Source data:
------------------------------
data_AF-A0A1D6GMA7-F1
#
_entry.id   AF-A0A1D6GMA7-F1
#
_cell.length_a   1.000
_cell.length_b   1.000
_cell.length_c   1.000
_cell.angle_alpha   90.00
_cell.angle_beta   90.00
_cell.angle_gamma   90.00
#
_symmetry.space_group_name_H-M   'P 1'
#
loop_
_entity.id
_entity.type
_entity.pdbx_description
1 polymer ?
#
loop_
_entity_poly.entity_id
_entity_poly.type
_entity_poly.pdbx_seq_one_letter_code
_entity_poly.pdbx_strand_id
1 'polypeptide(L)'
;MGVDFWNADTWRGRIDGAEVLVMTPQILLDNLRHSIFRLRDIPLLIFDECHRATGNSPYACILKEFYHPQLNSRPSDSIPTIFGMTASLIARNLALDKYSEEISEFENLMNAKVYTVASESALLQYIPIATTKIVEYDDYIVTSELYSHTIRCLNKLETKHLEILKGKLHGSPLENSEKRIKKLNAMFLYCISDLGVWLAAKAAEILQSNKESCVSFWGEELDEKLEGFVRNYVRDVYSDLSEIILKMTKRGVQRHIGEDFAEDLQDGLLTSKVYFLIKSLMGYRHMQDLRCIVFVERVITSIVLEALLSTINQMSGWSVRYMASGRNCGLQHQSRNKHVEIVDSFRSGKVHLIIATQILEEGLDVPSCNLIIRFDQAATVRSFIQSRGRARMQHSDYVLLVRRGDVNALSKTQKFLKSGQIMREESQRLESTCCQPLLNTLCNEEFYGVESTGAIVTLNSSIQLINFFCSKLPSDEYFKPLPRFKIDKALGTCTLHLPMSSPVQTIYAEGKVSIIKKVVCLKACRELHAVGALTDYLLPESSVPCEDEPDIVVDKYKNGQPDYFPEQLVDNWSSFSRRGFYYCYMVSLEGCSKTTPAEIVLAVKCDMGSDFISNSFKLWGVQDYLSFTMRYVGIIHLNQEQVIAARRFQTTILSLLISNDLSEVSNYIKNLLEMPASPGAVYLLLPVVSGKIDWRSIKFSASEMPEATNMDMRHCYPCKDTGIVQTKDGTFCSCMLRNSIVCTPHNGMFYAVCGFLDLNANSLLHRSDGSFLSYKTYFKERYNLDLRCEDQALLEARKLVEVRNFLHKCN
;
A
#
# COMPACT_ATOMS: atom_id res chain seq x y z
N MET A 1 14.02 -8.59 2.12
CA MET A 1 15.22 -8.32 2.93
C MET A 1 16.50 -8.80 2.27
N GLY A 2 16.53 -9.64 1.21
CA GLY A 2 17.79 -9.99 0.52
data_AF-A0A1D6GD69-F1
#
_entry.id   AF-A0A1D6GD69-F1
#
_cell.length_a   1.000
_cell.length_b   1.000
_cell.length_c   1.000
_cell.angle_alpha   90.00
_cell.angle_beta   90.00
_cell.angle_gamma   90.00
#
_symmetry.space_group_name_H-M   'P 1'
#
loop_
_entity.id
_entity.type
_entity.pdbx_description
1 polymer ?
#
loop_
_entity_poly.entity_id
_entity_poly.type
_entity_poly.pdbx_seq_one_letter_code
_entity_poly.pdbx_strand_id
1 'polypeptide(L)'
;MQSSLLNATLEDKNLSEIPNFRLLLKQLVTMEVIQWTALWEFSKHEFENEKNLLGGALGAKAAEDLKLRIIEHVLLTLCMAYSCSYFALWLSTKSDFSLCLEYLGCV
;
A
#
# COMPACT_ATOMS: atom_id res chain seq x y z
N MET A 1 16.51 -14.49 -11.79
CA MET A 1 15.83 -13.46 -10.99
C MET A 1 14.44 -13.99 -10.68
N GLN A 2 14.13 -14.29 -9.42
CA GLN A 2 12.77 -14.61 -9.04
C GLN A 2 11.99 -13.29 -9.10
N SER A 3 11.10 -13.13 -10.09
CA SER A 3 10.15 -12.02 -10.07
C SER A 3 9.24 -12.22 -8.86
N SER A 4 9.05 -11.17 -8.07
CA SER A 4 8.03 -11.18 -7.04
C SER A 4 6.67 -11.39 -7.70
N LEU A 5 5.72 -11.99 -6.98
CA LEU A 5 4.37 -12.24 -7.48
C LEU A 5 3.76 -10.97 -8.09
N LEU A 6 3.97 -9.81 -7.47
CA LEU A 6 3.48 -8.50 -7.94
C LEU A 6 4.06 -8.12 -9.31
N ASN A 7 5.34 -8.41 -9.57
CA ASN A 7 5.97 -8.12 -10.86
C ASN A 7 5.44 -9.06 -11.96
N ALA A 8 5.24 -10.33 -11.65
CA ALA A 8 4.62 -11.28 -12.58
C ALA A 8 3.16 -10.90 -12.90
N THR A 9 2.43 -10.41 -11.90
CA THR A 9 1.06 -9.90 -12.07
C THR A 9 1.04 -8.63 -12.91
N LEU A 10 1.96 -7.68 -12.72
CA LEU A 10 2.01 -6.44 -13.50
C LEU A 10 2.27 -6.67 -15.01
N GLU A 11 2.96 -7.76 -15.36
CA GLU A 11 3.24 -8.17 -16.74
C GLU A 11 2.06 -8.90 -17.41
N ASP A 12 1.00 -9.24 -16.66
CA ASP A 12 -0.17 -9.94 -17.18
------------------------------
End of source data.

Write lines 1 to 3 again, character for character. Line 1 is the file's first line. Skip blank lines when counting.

data_AF-A0A1D6GMA7-F1
#
_entry.id   AF-A0A1D6GMA7-F1